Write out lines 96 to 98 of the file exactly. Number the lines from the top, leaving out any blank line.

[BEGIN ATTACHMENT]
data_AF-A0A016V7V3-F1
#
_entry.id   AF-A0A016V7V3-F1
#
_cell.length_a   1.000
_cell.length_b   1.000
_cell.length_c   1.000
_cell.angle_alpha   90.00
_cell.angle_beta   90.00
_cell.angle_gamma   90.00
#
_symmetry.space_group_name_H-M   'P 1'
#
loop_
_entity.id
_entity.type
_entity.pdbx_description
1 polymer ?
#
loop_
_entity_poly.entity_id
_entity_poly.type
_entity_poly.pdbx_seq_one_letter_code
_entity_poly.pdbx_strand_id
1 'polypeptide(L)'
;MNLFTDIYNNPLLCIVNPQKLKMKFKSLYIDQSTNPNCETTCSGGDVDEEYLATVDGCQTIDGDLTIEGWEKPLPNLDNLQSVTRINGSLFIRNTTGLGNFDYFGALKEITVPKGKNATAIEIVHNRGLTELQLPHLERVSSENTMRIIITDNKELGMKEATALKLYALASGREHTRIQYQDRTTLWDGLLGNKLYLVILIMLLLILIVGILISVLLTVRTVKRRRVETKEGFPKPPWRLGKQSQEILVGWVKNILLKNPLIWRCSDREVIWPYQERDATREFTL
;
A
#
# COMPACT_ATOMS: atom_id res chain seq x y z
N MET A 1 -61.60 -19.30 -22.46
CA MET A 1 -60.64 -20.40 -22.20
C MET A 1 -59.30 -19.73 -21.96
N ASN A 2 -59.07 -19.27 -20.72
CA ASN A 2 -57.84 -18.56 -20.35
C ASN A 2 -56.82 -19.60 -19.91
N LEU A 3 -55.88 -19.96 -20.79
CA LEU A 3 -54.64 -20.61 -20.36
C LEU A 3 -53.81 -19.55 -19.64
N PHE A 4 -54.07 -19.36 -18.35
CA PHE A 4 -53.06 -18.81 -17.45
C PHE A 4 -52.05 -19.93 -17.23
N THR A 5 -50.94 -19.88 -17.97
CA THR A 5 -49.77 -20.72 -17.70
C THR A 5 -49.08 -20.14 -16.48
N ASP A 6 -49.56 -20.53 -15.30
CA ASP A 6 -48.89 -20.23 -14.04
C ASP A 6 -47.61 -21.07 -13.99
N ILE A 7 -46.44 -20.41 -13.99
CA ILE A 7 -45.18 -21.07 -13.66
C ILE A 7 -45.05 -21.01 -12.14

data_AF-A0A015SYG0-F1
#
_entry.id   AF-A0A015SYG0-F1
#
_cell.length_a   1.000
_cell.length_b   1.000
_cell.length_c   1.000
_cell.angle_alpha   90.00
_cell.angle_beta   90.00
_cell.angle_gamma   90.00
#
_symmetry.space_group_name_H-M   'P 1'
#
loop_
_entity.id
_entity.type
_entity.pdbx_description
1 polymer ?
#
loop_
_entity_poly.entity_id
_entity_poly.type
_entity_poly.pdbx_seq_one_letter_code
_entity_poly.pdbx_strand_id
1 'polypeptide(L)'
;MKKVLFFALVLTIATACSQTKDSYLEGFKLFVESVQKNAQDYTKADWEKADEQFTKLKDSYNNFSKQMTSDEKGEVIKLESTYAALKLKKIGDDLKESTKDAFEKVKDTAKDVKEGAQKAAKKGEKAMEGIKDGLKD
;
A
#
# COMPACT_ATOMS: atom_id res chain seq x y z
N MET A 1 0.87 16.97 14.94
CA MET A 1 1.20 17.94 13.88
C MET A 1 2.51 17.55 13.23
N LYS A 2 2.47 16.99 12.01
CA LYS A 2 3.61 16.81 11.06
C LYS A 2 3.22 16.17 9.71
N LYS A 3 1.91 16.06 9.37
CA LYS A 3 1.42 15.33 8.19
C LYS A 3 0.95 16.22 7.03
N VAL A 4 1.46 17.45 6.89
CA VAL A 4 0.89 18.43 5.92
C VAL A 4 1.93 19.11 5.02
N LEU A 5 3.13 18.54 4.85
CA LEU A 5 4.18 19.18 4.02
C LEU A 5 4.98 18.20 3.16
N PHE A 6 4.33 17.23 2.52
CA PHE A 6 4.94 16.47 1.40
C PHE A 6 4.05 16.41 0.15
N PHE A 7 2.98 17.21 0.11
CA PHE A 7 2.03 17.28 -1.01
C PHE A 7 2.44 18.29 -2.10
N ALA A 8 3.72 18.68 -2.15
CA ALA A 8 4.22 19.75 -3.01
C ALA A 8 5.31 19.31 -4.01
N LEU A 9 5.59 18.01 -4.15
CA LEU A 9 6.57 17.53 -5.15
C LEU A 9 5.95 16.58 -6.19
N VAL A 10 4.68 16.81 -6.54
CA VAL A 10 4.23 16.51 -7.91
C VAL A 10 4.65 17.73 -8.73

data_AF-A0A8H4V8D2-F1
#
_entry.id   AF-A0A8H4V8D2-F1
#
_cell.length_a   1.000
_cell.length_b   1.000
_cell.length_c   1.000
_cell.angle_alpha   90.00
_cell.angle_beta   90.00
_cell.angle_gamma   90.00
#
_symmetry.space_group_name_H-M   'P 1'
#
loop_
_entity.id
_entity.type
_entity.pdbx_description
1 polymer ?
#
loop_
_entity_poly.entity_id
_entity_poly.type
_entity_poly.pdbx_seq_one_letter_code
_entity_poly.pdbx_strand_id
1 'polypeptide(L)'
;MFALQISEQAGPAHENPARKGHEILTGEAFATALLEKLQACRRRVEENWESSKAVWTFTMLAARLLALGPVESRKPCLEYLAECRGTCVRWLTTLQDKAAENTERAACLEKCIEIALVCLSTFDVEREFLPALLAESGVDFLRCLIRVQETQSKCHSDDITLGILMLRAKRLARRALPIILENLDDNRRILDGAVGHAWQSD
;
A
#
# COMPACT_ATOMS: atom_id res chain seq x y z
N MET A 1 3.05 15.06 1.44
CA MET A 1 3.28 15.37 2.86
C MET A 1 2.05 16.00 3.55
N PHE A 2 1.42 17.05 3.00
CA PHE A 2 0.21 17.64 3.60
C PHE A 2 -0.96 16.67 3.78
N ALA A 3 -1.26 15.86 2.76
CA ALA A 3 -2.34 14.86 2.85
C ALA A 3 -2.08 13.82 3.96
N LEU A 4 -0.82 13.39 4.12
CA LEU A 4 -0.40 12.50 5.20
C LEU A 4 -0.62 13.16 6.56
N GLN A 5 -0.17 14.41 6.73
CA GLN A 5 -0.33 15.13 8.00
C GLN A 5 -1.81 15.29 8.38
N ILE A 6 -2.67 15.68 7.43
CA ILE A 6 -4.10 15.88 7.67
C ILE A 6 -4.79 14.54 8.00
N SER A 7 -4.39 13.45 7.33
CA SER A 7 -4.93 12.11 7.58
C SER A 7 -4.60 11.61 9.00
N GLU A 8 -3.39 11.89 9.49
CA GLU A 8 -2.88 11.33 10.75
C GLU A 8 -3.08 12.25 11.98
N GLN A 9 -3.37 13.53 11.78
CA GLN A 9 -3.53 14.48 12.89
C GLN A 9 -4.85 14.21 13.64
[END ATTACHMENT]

C LEU A 5 4.98 18.20 3.16
N PHE A 6 4.33 17.23 2.52
CA PHE A 6 4.94 16.47 1.40